- Save it to the Desktop or network folder
- Open Firefox or Safari
- Type www.flickr.com into the address bar and hit Return
- Type in a search term of your choosing and click Search
- On the next screen, click on Advanced Search
- Scroll down the page to Creative Commons and check:
- Only search within Creative Commons-licensed content
- Find content to modify, adapt, or build upon
- Click Search
- Click on the picture you want to download
- When the larger picture opens, look above it for options. If possible, click All Sizes
- Click Download the Large Size (or choose the largest option available)
- Save the file to your network folder
- Note citation information (name of picture, and URL)
After gathering the three images
Select one photograph from each category--one from the digital camera, one scanned image, and one image from the Internet.
- create a collage that combines portions from each picture (not the entire image except for the background picture)
- combine each element carefully to create a cohesive single image--not simply three individual images on the same page
- use the text tool to add a label to you college
- apply at least one Effect to you text
- print out a color copy of your final collage (optional)
Publish your picture to our group on Flickr following the instructions below.
Uploading to flickr.comPreparing your photo to publish
- In PhotoShop, with your montage open, Choose File>Save As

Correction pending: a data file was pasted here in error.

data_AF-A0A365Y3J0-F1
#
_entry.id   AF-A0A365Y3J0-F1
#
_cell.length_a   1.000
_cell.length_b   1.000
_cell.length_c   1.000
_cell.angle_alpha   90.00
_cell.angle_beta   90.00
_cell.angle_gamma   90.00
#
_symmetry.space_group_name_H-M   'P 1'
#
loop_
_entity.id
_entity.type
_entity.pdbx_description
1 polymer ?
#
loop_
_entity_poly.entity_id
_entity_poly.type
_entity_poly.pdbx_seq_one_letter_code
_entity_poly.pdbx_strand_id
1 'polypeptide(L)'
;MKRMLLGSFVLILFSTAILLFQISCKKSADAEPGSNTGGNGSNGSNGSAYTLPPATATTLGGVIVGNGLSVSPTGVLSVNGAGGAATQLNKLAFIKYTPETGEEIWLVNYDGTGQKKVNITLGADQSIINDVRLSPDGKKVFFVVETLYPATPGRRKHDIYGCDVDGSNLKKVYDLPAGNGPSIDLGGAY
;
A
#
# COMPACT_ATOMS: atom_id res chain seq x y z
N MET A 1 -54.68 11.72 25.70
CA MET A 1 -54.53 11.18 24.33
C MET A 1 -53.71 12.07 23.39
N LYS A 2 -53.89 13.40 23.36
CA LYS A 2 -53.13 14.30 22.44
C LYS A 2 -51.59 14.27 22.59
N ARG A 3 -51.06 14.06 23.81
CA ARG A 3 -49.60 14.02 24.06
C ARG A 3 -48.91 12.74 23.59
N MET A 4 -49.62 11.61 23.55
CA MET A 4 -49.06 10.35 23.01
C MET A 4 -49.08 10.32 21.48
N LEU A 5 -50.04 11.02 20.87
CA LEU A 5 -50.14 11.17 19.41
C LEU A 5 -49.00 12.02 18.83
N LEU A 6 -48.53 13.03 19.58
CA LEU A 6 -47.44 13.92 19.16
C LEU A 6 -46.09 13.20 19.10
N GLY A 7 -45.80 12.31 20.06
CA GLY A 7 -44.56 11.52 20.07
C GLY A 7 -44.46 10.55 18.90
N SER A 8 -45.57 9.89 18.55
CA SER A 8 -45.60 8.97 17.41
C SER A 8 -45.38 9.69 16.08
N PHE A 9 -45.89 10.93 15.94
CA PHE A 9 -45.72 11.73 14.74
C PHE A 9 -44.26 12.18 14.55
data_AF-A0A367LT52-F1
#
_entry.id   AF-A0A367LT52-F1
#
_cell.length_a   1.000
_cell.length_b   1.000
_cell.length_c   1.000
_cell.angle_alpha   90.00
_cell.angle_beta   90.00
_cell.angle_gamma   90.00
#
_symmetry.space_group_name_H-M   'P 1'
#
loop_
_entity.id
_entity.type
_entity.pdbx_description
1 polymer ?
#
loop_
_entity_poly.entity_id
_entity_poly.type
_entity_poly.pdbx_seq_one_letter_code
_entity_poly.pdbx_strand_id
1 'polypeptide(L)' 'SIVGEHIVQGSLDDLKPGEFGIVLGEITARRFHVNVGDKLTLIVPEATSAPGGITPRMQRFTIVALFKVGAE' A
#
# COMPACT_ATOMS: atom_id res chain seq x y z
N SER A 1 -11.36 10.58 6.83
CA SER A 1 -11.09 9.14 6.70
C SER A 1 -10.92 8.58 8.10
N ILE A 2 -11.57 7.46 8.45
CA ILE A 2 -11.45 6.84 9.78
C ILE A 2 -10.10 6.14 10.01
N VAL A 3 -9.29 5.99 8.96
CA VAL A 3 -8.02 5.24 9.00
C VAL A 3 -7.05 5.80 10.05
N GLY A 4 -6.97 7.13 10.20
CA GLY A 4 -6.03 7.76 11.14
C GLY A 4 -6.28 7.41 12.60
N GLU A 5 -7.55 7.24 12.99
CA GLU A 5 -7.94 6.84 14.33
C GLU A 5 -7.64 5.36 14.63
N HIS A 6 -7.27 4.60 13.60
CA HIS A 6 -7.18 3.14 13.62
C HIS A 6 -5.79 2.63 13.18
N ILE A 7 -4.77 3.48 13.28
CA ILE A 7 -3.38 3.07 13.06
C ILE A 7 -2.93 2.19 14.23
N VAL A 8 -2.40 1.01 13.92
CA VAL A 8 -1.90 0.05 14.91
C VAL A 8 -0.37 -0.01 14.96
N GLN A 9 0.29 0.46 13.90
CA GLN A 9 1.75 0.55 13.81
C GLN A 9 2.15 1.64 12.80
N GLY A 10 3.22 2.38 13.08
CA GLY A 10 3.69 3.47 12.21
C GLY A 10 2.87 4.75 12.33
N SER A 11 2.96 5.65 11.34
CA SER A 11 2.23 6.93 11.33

- In the Format box, change the format to JPEG
- Change the 3-letter extension on your file name (in the Save As box) to .jpg (if necessary)
- Click Save
Publishing on Flickr
- Go to www.flickr.com and create a new account
- Be sure to use your Gmail account when they ask for your email reference
- Once you have an account, login, click on the Groups link at the top of your page and select Find a Group.
- In the search box, type: ED421Winter11 or go to http://www.flickr.com/groups/ed421winter11/
- Click on the link to ED421Winter11 - *whatever section you're in*
- Next to Group Pool, it will say Only Members can add to the pool. Click the Join? Link
- Your name will appear in the group. Only the Administrator can see it. I will approve you within one day.
- You may publish your collage. Note: Add your login information to your Login Chart. You should now have a login and password for both Gmail and Yahoo.
Upload your Photo Montage to flickr
- Log in to your flickr account
- Click on Upload photos to flickr
- On the page that opens, click Upload Photos & Video
- On the next page, click on Choose photos and videos
- Locate your photo Collage (be sure to choose the one with the .jpg extension) and click Select
- Under Set Privacy, Select Private, and Visible to Friends
- Click Upload Photos and Videos
- Click add a description
- Give your picture a Title
- Under Description, tell us what part of the picture is scanned, what is from the Internet, and what is taken with a camera. Also, add the citation information from your Flickr photo (photo name, URL)
- Add tags if desired (keywords to search by)
- Click Save
- From the Groups menu (at the top of the page) select Your Groups
- Next to Group Pool, select Add Photos
- This will open your Photostream. Click on your photo montage.
- Click Add to Group
- When you return to the ED421 winter homepage, your photo should now be visible
Comment on your classmates montages
- You should now be able to see the montages made by all of your classmates.
- Please make comments on five (5) montages: What do you like? What might improve the montage? Does this look realistic? Could you be fooled?
- Try to be the first person to comment on one picture.
- When you make your last comment, try to find a picture that still needs a 5th comment.
- Review the comments that classmates have made on your picture.